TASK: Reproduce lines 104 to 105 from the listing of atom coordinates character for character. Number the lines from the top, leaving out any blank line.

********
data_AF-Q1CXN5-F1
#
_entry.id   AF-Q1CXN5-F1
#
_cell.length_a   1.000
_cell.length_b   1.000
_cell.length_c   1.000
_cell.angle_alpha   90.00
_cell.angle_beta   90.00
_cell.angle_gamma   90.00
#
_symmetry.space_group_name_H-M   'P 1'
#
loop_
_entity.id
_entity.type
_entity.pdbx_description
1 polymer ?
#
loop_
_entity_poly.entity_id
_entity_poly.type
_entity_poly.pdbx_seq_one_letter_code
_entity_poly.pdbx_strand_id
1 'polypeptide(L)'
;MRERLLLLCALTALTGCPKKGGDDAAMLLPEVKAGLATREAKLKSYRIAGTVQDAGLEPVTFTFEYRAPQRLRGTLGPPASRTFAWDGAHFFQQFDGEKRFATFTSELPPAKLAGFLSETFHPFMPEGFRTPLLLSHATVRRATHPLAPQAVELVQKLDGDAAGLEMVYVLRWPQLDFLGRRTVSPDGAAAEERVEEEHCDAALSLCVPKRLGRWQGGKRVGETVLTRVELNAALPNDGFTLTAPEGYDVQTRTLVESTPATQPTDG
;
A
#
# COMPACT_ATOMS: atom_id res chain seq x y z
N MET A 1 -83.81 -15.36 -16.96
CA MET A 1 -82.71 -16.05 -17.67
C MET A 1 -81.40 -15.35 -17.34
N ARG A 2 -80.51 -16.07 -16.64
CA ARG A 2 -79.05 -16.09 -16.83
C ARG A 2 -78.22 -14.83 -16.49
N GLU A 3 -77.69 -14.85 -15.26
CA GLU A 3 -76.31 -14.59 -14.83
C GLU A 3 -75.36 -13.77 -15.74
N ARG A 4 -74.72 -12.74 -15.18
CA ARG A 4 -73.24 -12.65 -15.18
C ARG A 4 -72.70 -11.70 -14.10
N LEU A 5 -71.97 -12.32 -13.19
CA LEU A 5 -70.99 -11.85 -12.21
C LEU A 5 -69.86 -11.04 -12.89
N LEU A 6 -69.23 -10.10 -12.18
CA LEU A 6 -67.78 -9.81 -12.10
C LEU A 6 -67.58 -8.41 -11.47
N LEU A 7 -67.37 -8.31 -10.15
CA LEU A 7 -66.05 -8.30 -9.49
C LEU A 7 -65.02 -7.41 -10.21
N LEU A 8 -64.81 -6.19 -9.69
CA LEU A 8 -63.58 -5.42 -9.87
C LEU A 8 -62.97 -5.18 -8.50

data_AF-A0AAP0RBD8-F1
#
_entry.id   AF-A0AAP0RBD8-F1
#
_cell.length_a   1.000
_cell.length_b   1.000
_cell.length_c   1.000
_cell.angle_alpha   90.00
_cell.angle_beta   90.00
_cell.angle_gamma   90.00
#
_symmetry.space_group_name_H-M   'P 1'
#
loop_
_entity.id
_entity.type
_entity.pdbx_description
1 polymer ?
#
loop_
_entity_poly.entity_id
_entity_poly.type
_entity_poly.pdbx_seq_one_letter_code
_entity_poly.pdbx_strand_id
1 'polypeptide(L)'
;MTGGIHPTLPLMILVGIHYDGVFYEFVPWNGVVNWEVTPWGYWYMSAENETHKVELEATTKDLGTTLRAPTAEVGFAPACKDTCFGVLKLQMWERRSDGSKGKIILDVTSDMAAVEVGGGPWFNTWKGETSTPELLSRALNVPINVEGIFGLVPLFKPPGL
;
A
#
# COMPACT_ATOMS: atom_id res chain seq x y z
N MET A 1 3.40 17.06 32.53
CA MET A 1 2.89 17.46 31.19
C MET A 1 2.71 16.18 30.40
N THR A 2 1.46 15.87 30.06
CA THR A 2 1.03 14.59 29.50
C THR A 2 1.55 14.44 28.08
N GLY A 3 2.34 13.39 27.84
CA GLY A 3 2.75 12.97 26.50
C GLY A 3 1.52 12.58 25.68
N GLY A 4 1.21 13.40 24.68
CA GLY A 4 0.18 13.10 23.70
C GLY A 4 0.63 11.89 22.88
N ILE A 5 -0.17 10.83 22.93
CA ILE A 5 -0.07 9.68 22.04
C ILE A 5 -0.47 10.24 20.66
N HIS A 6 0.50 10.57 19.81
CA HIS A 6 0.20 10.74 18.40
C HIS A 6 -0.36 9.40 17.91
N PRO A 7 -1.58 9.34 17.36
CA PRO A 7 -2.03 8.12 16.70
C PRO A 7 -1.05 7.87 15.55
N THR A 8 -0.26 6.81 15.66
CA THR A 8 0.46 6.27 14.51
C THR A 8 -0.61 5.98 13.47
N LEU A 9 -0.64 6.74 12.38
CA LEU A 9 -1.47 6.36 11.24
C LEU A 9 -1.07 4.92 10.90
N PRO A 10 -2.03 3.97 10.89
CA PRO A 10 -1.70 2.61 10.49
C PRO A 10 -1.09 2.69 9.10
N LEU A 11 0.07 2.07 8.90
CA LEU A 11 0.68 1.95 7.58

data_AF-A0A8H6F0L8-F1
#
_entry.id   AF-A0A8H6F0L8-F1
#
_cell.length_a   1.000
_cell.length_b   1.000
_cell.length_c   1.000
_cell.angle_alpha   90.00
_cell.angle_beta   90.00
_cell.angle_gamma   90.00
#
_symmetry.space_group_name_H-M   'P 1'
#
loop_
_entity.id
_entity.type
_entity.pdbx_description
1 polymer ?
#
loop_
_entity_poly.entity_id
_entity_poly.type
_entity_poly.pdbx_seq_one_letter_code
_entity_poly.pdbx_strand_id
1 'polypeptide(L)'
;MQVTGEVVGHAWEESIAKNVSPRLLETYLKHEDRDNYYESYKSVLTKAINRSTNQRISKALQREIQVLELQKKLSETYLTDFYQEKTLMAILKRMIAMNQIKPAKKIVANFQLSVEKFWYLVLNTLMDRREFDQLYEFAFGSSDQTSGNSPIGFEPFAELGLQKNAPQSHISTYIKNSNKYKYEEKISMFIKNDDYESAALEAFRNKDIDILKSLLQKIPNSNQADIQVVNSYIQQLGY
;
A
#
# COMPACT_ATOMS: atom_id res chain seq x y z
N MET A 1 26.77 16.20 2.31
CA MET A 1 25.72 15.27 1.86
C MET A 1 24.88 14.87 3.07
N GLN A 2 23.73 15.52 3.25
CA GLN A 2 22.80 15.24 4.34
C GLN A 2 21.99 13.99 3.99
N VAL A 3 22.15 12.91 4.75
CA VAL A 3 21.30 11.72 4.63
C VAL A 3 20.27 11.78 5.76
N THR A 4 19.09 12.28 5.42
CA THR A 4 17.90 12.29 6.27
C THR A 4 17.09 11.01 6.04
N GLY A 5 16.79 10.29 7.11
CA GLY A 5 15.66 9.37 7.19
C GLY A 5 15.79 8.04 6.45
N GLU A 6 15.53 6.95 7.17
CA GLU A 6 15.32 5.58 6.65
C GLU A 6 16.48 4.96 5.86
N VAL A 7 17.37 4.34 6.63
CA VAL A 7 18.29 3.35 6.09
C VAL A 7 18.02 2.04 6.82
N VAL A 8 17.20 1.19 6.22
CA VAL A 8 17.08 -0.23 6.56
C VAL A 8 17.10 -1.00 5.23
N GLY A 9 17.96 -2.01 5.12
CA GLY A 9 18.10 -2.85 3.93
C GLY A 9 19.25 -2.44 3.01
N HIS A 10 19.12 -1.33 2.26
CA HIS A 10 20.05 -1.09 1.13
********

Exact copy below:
CA PRO A 7 -2.03 8.12 16.70
C PRO A 7 -1.05 7.87 15.55